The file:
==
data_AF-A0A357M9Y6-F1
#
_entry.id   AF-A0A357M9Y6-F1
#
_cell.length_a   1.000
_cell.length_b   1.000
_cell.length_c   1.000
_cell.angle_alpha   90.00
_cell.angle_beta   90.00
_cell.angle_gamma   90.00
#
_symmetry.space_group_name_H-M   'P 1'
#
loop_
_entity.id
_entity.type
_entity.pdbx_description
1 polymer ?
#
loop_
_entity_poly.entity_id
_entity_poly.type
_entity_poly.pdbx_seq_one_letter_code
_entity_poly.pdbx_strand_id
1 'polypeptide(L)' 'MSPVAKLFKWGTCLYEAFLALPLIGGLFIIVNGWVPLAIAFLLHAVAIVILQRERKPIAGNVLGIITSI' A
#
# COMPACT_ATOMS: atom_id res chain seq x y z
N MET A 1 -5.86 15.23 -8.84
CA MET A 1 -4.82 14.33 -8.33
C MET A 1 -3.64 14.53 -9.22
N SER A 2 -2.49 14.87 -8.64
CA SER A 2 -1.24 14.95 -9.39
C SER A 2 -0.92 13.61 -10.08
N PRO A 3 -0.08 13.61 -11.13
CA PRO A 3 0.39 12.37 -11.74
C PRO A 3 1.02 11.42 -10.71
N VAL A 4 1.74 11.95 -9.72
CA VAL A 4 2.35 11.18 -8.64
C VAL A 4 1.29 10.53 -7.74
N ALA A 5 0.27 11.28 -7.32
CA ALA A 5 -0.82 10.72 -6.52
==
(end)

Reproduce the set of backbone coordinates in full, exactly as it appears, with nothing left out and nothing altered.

data_AF-A0A357M9Y6-F1
#
_entry.id   AF-A0A357M9Y6-F1
#
_cell.length_a   1.000
_cell.length_b   1.000
_cell.length_c   1.000
_cell.angle_alpha   90.00
_cell.angle_beta   90.00
_cell.angle_gamma   90.00
#
_symmetry.space_group_name_H-M   'P 1'
#
loop_
_entity.id
_entity.type
_entity.pdbx_description
1 polymer ?
#
loop_
_entity_poly.entity_id
_entity_poly.type
_entity_poly.pdbx_seq_one_letter_code
_entity_poly.pdbx_strand_id
1 'polypeptide(L)' 'MSPVAKLFKWGTCLYEAFLALPLIGGLFIIVNGWVPLAIAFLLHAVAIVILQRERKPIAGNVLGIITSI' A
#
# COMPACT_ATOMS: atom_id res chain seq x y z
N MET A 1 -5.86 15.23 -8.84
CA MET A 1 -4.82 14.33 -8.33
C MET A 1 -3.64 14.53 -9.22
N SER A 2 -2.49 14.87 -8.64
CA SER A 2 -1.24 14.95 -9.39
C SER A 2 -0.92 13.61 -10.08
N PRO A 3 -0.08 13.61 -11.13
CA PRO A 3 0.39 12.37 -11.74
C PRO A 3 1.02 11.42 -10.71
N VAL A 4 1.74 11.95 -9.72
CA VAL A 4 2.35 11.18 -8.64
C VAL A 4 1.29 10.53 -7.74
N ALA A 5 0.27 11.28 -7.32
CA ALA A 5 -0.82 10.72 -6.52